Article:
PW: I think that when you go out there and find it, there’s so much more broadcast now. There’s a lot more noise, there are a lot more bands. Like, “Well, this is barely a band.” But when you go out and find it, I remember the first time I saw Skrillex, like the stuff he was doing. I was like, “This is mind-blowing, That is heavy metal. That is rock and roll.” And the kids were going crazy and people were like, “What is this?” And people in bands were like, “That’s just noise!” And it’s like wow, we are dads (laughs). Yeah, that’s what somebody was saying about The Beatles.
PS: (laughs) True, that’s so real. That’s actually an amazing point because when Skrillex is doing his thing, people are like, “That’s noise.” Can you hear yourself right now? Can you put yourself back in 1960 whatever when everyone was like—
PW: It’s the sound of the last nail going into the coffin.
PS: Yeah, totally (laughs).
With this album, there is a level of sophistication as compared to the rougher sound of the previous albums. Is this a deliberate effort to engage younger fans who might not have heard of Fall Out Boy before?
J: I think it definitely should be the job of bands who are trying to constantly make music and progress to challenge their fans. And based off of what Pete has been saying, we’re trying to challenge the idea of rock and roll, as an idea and not as a specific kind of music or a specific kind of style. So I guess that’s something we’re trying to challenge people on a little bit.
PS: In the era where I was writing a majority of the music or even in this record where I still have a pretty big role in putting everything together I guess, I’d say that music always comes from the lyrics, to me. It’s always something that I find in the lyrics.
PW: And it’s essentially me laying on the couch and Patrick being, “I’m not that kind of doctor” (laughs).
PS: (laughs) Yeah, crazy. But you know, I’m always finding a lot of the music there, and I feel like you have this set of songs and you look at them and you go, “What is this?” and “How are people going to react to this?” And the reality is that you can’t ever really worry about how people are going to react to it because you are your art, you are who you are and that’s just it. And the more you mould it in any direction imagining how people would like it, you’re more likely than not to not have that work in your favour (laughs). So I guess you just have to do your thing and not worry about it, and I guess that’s kind of what we do. So I guess the sophistication thing, or any of the sonic differences, just exist and I don’t think we’d worried at all about it.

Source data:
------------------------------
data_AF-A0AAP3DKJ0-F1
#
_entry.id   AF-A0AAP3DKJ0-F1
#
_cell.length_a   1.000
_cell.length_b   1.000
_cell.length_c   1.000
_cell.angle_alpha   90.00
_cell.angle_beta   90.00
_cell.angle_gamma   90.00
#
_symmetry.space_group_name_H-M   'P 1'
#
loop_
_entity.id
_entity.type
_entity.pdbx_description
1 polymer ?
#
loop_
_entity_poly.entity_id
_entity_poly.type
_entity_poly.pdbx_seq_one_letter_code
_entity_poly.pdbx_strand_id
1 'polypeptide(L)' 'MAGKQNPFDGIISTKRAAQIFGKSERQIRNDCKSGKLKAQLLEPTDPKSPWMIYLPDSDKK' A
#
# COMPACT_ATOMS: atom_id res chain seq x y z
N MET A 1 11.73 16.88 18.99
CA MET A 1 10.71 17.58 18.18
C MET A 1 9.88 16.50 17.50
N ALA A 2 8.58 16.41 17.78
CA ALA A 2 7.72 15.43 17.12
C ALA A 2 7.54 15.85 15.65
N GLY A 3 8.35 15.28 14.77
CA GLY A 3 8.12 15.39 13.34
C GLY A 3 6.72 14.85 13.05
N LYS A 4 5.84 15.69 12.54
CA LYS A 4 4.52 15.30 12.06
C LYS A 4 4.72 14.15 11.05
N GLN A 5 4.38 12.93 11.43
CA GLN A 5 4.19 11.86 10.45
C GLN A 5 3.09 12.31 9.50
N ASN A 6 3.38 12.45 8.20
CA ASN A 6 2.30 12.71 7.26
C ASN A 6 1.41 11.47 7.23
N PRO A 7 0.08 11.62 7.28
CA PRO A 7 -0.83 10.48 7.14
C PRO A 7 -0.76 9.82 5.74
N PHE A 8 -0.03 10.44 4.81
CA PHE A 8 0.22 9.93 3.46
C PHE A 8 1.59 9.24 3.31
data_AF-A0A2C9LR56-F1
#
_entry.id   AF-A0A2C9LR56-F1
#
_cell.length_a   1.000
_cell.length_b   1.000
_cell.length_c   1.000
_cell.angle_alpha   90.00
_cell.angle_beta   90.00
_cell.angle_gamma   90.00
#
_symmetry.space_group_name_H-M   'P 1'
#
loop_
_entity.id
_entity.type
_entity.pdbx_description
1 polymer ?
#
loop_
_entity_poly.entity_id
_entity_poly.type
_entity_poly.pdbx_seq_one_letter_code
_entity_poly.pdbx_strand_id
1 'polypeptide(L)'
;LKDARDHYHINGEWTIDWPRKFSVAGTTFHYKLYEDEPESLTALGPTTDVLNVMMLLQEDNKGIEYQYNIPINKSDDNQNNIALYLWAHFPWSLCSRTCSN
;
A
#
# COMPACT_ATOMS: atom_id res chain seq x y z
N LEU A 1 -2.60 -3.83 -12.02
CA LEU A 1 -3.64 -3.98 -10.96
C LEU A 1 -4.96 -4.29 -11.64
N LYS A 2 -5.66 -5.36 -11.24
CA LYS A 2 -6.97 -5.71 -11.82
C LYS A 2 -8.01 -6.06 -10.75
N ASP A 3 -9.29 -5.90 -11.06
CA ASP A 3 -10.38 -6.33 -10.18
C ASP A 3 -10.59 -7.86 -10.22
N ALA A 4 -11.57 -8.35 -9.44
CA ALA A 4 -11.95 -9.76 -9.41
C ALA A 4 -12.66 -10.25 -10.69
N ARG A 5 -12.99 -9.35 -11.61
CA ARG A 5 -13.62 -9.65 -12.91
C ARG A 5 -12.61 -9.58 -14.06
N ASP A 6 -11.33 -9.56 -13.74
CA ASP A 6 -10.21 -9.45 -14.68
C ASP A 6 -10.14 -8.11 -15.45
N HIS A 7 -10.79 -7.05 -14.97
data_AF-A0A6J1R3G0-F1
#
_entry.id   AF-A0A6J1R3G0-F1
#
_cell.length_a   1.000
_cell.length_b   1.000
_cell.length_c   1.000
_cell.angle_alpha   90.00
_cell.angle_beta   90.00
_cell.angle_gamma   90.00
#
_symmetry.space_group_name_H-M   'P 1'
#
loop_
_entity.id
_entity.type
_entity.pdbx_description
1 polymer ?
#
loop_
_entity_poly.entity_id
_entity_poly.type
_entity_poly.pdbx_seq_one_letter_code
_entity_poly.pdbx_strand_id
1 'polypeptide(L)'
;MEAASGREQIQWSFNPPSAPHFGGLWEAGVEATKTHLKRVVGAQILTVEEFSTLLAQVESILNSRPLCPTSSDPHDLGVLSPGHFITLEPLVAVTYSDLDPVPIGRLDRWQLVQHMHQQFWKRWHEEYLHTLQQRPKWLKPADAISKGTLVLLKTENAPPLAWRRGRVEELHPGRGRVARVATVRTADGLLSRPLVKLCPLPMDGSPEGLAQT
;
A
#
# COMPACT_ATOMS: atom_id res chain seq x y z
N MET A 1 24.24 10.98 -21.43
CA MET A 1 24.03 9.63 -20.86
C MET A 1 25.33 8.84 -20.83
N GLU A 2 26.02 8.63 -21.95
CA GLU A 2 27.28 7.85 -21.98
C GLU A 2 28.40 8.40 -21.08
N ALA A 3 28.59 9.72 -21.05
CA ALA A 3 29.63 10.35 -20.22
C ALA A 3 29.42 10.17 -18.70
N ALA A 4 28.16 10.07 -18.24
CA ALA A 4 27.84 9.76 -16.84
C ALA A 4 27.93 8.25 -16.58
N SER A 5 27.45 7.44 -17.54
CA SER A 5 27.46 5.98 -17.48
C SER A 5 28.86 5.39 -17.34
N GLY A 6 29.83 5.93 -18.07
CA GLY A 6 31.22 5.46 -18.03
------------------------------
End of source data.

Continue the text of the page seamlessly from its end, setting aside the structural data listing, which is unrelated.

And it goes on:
PW: I mean, we made this album in secret, an album entirely for ourselves. And if it was really bad, we were really just going to throw it away (laughs).
Despite being all grown up with responsibilities and getting married/having kids, how do you keep your “fuck it all” attitude with your lyrics?
PW: There is talk about whether you can be punk and have a kid, be punk and be married, or be punk and be an adult. And you can be. I mean, there’s nothing sadder than seeing The Fonz hanging out by himself when he’s like 75 years old in a leather jacket. You can grow up and take hold, to still be an artist and weigh all your responsibilities. In some ways, it adds new ideas. My brain is open to a whole different path of thinking from chasing a four year old around. I mean, divergent thoughts.
PS: Four year olds are pretty punk rock. They thrash (laughs).
PW: I was driving to preschool a bunch on my time off and I was listening to music on the radio and I just feel like there needs to be a band that’s on the radio that can be there for the anti-hero. And at that moment, I didn’t feel like I heard it.
PS: That’s a good point too. When we write the songs, we’re not thinking about anything. We’re just writing. After we have the songs, and we write lots and lots of songs, then there’s kind of a selective thought where “this song goes next to this song and this song”. I guess we did look at the set of songs that we had and there’s not a lot on radio that sounds like this but this sounds like it could be on the radio. And there’s something unique and necessary about that. You had these bands in pop radio that were inspiring people to be not so in the box, so I guess you aspire to that.
Thank you so much, guys. We’re really looking forward to the concert tomorrow!
See all you Singapore FOB fans at Fort Canning tonight!